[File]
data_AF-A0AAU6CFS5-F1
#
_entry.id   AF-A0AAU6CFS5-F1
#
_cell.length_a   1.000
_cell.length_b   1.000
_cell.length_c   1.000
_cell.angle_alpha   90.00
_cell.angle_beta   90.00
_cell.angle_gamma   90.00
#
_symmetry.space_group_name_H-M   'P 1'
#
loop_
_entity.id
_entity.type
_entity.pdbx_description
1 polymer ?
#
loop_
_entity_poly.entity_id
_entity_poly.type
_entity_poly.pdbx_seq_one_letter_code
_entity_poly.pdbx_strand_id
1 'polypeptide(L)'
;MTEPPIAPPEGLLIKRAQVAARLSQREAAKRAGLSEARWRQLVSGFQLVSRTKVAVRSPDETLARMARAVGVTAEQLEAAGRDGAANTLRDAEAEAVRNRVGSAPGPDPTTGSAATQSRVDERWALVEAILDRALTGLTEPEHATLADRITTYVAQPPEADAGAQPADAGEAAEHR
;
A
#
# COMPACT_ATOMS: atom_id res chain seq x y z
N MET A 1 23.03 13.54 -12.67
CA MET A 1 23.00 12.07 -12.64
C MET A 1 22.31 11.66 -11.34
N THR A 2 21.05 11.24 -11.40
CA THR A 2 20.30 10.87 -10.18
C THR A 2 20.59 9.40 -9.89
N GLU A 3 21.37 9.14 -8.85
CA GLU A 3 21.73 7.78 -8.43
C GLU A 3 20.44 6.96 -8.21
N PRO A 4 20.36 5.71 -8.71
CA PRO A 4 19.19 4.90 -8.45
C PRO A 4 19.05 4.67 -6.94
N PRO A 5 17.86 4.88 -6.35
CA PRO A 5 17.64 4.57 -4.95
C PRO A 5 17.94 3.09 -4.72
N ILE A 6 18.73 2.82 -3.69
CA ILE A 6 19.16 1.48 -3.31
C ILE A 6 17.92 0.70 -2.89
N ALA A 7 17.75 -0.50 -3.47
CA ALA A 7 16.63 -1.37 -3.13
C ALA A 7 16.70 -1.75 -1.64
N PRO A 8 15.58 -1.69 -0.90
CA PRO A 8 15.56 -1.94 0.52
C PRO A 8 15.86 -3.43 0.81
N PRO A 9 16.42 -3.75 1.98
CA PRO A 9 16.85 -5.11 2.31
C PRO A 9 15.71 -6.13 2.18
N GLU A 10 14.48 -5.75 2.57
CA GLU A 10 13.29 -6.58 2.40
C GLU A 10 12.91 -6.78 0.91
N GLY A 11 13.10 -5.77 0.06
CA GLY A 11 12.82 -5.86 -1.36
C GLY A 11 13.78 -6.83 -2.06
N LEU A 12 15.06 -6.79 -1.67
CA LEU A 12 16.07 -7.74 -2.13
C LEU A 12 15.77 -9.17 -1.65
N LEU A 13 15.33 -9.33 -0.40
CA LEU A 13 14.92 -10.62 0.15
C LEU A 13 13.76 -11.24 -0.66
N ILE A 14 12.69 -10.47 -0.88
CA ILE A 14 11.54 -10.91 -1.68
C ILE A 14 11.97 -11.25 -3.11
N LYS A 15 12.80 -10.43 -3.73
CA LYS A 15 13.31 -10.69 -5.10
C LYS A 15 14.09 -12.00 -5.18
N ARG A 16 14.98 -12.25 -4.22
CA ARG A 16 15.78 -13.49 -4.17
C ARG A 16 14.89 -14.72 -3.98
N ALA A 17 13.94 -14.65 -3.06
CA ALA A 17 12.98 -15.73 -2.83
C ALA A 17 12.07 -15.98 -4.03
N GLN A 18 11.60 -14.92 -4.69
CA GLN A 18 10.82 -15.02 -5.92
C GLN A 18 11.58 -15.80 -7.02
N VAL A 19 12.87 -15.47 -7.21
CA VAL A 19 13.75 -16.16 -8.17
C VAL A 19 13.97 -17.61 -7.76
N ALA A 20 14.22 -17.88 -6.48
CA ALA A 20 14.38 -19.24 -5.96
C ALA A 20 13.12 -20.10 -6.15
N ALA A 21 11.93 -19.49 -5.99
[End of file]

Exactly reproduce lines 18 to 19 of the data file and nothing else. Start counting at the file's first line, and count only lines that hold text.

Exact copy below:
1 polymer ?
#